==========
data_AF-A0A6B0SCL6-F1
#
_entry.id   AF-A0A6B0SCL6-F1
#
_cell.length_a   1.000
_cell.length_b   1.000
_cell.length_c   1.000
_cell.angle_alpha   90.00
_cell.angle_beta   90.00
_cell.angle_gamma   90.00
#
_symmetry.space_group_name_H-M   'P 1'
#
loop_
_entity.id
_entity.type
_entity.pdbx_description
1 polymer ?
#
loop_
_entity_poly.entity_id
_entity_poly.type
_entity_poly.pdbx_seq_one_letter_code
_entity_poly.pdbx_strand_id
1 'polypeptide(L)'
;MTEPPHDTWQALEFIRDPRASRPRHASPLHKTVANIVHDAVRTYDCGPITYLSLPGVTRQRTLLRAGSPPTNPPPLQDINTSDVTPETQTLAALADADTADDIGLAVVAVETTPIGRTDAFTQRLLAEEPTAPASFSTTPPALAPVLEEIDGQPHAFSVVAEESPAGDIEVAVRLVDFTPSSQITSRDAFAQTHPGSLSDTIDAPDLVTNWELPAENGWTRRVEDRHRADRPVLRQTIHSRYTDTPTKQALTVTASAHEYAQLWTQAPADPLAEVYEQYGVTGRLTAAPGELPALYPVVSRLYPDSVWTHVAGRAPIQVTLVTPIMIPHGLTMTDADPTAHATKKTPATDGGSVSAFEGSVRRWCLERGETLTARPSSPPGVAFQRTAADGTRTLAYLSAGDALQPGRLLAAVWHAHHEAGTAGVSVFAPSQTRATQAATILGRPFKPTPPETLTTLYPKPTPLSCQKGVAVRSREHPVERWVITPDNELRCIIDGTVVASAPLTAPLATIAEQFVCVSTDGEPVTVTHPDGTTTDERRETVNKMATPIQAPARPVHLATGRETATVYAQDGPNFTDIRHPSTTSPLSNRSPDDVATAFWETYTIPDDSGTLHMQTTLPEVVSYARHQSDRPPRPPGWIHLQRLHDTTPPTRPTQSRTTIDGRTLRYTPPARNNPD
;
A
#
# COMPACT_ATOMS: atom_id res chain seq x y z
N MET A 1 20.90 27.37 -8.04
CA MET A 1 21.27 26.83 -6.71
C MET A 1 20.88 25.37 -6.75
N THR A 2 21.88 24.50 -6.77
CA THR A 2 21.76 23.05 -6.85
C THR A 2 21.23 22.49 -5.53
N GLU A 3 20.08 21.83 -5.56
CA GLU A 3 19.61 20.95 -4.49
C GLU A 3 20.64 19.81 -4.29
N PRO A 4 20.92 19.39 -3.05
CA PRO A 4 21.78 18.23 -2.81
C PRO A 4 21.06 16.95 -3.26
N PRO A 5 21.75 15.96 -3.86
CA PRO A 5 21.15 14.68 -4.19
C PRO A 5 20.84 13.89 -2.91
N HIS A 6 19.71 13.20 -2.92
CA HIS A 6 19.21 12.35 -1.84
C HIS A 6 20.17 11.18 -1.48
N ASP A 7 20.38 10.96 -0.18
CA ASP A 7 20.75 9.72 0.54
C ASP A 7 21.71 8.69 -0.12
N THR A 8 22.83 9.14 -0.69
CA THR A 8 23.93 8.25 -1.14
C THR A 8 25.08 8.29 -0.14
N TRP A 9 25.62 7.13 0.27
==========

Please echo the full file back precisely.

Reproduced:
data_AF-A0A6B0SCL6-F1
#
_entry.id   AF-A0A6B0SCL6-F1
#
_cell.length_a   1.000
_cell.length_b   1.000
_cell.length_c   1.000
_cell.angle_alpha   90.00
_cell.angle_beta   90.00
_cell.angle_gamma   90.00
#
_symmetry.space_group_name_H-M   'P 1'
#
loop_
_entity.id
_entity.type
_entity.pdbx_description
1 polymer ?
#
loop_
_entity_poly.entity_id
_entity_poly.type
_entity_poly.pdbx_seq_one_letter_code
_entity_poly.pdbx_strand_id
1 'polypeptide(L)'
;MTEPPHDTWQALEFIRDPRASRPRHASPLHKTVANIVHDAVRTYDCGPITYLSLPGVTRQRTLLRAGSPPTNPPPLQDINTSDVTPETQTLAALADADTADDIGLAVVAVETTPIGRTDAFTQRLLAEEPTAPASFSTTPPALAPVLEEIDGQPHAFSVVAEESPAGDIEVAVRLVDFTPSSQITSRDAFAQTHPGSLSDTIDAPDLVTNWELPAENGWTRRVEDRHRADRPVLRQTIHSRYTDTPTKQALTVTASAHEYAQLWTQAPADPLAEVYEQYGVTGRLTAAPGELPALYPVVSRLYPDSVWTHVAGRAPIQVTLVTPIMIPHGLTMTDADPTAHATKKTPATDGGSVSAFEGSVRRWCLERGETLTARPSSPPGVAFQRTAADGTRTLAYLSAGDALQPGRLLAAVWHAHHEAGTAGVSVFAPSQTRATQAATILGRPFKPTPPETLTTLYPKPTPLSCQKGVAVRSREHPVERWVITPDNELRCIIDGTVVASAPLTAPLATIAEQFVCVSTDGEPVTVTHPDGTTTDERRETVNKMATPIQAPARPVHLATGRETATVYAQDGPNFTDIRHPSTTSPLSNRSPDDVATAFWETYTIPDDSGTLHMQTTLPEVVSYARHQSDRPPRPPGWIHLQRLHDTTPPTRPTQSRTTIDGRTLRYTPPARNNPD
;
A
#
# COMPACT_ATOMS: atom_id res chain seq x y z
N MET A 1 20.90 27.37 -8.04
CA MET A 1 21.27 26.83 -6.71
C MET A 1 20.88 25.37 -6.75
N THR A 2 21.88 24.50 -6.77
CA THR A 2 21.76 23.05 -6.85
C THR A 2 21.23 22.49 -5.53
N GLU A 3 20.08 21.83 -5.56
CA GLU A 3 19.61 20.95 -4.49
C GLU A 3 20.64 19.81 -4.29
N PRO A 4 20.92 19.39 -3.05
CA PRO A 4 21.78 18.23 -2.81
C PRO A 4 21.06 16.95 -3.26
N PRO A 5 21.75 15.96 -3.86
CA PRO A 5 21.15 14.68 -4.19
C PRO A 5 20.84 13.89 -2.91
N HIS A 6 19.71 13.20 -2.92
CA HIS A 6 19.21 12.35 -1.84
C HIS A 6 20.17 11.18 -1.48
N ASP A 7 20.38 10.96 -0.18
CA ASP A 7 20.75 9.72 0.54
C ASP A 7 21.71 8.69 -0.12
N THR A 8 22.83 9.14 -0.69
CA THR A 8 23.93 8.25 -1.14
C THR A 8 25.08 8.29 -0.14
N TRP A 9 25.62 7.13 0.27